2024 Formula 1 Australian Grand Prix Highlights


Mercedes-AMG Petronas F1 Team


A tough weekend at the 2024 Formula 1 Australian Grand Prix in Melbourne ended with both cars failing to finish the race at Albert Park.

Lewis suffered from a Power Unit failure in the race’s early stages, while George had a big accident on the penultimate lap. Starting P7 on the Medium tyre, George gained several positions early on, while Lewis did similar on the Soft compound. They pitted early onto the Hard tyre, but Lewis’s race would not last much longer. A Power Unit failure consigned him to retirement.

The Virtual Safety Car was deployed, enabling Fernando Alonso’s Aston Martin to jump George. With a gap of over nine seconds to catch, George set about whittling it down over his final two stints.

By extending his middle stint, he emerged on fresher rubber and put pressure on Alonso in the closing stages. Unfortunately, he crashed at Turn 6 on the second-to-last lap and was out of the race. He reported that he was OK over the radio, but it was a disappointing end to a tough three days here in Melbourne.

The stewards investigated the incident after the race and decided to hand Alonso a drive-through penalty imposed after the race, which was converted to 20 seconds added to the elapsed time in the race.

George Russell

Fortunately, I’m OK after the accident. I don’t really know how to explain what happened. I was half a second behind Fernando (Alonso) 100 metres before the corner, and then suddenly, he came back towards me extremely quickly. It was clear that he braked earlier than he had done on previous laps and then got back on the throttle. I wasn’t expecting that, and it caught me by surprise. I hit the wall and had a dramatic few seconds after that.

It was a disappointing end to a difficult race. Our pace wasn’t where we wanted it to be. We showed spells of good lap times, but ultimately, we have work to do to catch those ahead. We will focus on how we can make improvements ahead of Japan in two weeks.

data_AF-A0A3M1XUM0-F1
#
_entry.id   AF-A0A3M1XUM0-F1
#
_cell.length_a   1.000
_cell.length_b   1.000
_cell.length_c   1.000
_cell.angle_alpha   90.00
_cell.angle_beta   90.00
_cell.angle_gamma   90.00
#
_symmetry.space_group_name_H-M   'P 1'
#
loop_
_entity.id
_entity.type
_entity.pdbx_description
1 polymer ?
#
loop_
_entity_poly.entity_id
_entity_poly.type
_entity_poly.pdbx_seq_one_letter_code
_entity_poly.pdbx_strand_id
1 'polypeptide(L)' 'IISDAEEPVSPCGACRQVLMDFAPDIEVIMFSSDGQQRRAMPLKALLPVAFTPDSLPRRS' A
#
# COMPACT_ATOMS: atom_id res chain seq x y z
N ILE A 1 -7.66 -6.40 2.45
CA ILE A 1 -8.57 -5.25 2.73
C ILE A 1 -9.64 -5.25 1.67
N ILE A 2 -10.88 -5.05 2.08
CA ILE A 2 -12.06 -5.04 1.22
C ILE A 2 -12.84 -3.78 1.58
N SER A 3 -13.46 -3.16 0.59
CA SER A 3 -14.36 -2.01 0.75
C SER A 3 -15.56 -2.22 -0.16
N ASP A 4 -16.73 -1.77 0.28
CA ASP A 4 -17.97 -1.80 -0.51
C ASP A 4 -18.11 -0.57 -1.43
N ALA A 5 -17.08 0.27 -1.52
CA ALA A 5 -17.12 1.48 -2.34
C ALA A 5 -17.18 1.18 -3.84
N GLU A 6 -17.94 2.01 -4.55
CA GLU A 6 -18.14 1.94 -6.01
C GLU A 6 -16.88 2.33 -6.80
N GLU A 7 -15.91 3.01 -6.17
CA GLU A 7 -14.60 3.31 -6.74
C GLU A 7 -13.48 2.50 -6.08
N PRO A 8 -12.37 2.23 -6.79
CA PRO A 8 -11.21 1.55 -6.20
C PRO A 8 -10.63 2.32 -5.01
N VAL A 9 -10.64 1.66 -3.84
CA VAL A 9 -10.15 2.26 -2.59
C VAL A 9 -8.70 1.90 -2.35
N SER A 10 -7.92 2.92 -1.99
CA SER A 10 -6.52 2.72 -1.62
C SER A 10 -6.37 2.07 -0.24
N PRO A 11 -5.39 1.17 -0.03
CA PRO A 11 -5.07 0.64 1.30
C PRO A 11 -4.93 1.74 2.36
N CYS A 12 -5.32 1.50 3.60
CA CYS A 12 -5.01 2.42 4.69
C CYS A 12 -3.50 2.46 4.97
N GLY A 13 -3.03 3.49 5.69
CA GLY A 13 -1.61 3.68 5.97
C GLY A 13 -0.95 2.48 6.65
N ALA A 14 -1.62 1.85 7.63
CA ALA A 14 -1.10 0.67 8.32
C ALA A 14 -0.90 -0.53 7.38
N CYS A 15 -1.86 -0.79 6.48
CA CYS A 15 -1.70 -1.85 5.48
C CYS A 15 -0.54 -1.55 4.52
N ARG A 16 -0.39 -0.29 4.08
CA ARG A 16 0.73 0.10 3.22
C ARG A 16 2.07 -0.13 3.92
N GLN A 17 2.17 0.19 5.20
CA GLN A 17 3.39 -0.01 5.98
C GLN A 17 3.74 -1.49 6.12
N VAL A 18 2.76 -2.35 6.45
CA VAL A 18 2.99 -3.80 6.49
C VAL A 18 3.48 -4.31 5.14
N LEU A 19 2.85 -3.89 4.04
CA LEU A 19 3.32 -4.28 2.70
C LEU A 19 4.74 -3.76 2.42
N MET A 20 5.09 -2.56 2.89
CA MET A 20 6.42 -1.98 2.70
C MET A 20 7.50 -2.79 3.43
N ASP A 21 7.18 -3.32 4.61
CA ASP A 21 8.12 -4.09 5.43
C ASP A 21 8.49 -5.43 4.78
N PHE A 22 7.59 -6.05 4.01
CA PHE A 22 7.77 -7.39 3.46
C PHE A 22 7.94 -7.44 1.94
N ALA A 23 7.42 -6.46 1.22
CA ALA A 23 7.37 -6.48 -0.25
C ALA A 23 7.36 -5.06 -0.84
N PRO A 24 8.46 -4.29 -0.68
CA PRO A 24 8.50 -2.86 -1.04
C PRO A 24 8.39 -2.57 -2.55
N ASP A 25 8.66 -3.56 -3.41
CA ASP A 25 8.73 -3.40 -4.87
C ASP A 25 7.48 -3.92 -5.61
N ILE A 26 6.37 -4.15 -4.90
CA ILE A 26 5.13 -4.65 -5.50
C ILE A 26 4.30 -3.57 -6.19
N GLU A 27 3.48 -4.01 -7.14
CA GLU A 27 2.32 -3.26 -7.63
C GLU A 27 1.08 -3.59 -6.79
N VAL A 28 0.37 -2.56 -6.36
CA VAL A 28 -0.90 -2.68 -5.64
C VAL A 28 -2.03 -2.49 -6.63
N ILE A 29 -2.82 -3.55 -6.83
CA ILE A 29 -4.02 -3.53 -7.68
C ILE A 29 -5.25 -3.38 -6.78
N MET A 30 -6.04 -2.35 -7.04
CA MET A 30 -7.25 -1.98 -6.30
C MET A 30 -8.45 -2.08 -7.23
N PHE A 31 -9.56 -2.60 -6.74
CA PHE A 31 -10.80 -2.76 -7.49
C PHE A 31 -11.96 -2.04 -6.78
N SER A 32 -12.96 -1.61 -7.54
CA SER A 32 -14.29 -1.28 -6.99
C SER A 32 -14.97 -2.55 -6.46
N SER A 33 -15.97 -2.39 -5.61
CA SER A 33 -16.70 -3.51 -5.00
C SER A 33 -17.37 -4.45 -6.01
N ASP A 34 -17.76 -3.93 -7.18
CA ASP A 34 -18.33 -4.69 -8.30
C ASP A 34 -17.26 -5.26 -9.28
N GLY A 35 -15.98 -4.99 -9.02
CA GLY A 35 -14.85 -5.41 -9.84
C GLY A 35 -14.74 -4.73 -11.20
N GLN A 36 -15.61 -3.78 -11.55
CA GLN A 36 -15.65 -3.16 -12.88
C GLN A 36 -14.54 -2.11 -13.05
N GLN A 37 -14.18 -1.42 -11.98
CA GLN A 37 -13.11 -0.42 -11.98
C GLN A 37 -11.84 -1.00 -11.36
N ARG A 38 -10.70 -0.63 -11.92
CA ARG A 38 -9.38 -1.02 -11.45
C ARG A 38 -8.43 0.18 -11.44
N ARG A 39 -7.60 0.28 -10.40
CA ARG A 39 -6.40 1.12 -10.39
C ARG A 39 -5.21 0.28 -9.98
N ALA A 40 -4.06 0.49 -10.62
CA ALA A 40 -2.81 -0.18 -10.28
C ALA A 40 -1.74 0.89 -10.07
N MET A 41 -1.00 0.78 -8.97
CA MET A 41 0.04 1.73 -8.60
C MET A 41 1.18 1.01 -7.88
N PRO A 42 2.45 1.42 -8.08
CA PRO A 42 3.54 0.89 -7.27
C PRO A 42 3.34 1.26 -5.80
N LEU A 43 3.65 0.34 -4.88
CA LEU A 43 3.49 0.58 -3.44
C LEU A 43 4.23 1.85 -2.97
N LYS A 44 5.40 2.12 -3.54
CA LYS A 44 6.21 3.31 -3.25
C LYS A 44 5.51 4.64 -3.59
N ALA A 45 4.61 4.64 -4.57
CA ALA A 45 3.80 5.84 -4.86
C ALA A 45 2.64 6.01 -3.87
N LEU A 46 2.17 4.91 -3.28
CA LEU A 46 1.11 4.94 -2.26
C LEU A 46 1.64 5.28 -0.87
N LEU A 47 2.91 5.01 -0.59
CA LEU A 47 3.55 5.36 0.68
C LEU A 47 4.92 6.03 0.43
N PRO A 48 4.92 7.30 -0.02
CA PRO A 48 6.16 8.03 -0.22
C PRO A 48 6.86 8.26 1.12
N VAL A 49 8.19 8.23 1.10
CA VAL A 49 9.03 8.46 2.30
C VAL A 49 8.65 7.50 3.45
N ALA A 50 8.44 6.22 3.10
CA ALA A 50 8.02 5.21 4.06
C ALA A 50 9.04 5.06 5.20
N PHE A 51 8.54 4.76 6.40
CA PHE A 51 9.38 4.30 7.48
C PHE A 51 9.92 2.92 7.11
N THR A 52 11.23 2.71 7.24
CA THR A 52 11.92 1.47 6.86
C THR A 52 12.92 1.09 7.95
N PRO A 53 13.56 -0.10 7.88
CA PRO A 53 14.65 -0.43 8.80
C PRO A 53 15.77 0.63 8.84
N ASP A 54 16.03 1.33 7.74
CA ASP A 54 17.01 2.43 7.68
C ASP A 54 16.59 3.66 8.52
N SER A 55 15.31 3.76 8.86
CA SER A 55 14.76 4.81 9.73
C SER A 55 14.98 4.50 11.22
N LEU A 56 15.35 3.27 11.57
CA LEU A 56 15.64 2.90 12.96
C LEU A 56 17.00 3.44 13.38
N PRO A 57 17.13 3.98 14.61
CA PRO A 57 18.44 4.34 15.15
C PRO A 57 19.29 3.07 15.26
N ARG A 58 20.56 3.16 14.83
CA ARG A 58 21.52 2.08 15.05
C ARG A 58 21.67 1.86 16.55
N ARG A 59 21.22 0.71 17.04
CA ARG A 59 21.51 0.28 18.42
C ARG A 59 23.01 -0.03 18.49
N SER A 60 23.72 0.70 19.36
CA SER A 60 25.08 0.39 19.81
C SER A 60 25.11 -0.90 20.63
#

Lewis Hamilton

My race was going OK until we suffered the Power Unit failure. It’s quite tough to overtake here, but we had gained some positions early on with the Soft tyre. It was unfortunate that we had to retire, as there was still a long way to go. I was beginning to press on, but the Power Unit just stopped. These things happen, and I know we will bounce back.

We will also improve the car as the season goes on. We have done so in previous years, and I am confident we will do so again. It is demanding that we are not as competitive as we would like now, but we will keep working hard. I am focused on doing that with the team. I expect we will still find it difficult to challenge further up in the short term, but we will see what we can do in the medium term.

Toto Wolff, Team Principal & CEO

That was a disappointing race to end a difficult weekend. After bravely deciding to start on the Soft tyre, Lewis had made good progress initially. Unfortunately, his race came to an end shortly afterward. We will return the Power Unit to Brixworth and investigate what caused the failure. For George, it was clear that Alonso braked earlier than he had on previous laps. It is now with the stewards to determine what caused that. Nobody feels optimistic about where we find ourselves right now, but we are focused on turning this around. It is tough to take, but we will remain calm and composed. We have seen others who have shown that things can turn around quickly when you get it right. That is what we are aiming to do.

Andrew Shovlin, Trackside Engineering Director

That was a very disappointing end to a tough weekend, with a significant amount of accident damage to remedy ahead of Japan in two weeks’ time. We went into the race hoping to progress from our grid positions: with Lewis, which involved starting on the Soft, which helped him gain positions on the opening lap, and George on the Medium. Lewis’s race was cut short by a sudden and unexpected Power Unit failure; we had no warning of it and will need to investigate further when the PU returns to Brixworth. George knew he had to complete two lengthy stints on the Hard and find the right balance between pushing the tyre and stretching out its life. Clearly, we could not fight with the three teams in front, and he was racing for P6 after Alonso had pitted under the VSC for Lewis’s retirement and gained track position. George had an opportunity to get the place back on the final stint and was clearly caught by surprise by the unexpected deceleration in front of the penultimate lap.

It has been a bruising weekend for us, during which we were unable to compete on a single lap or the long runs, and we will be continuing to trawl through the data in the coming days to see what isn’t working and why we are only currently able to deliver flashes of performance from the car. It’s clear that we have much to work on to give both drivers a better tool to work with at the race weekends. We now need to get our heads down, work through the challenges individually, and aim to deliver a more substantial showing next time in Suzuka.

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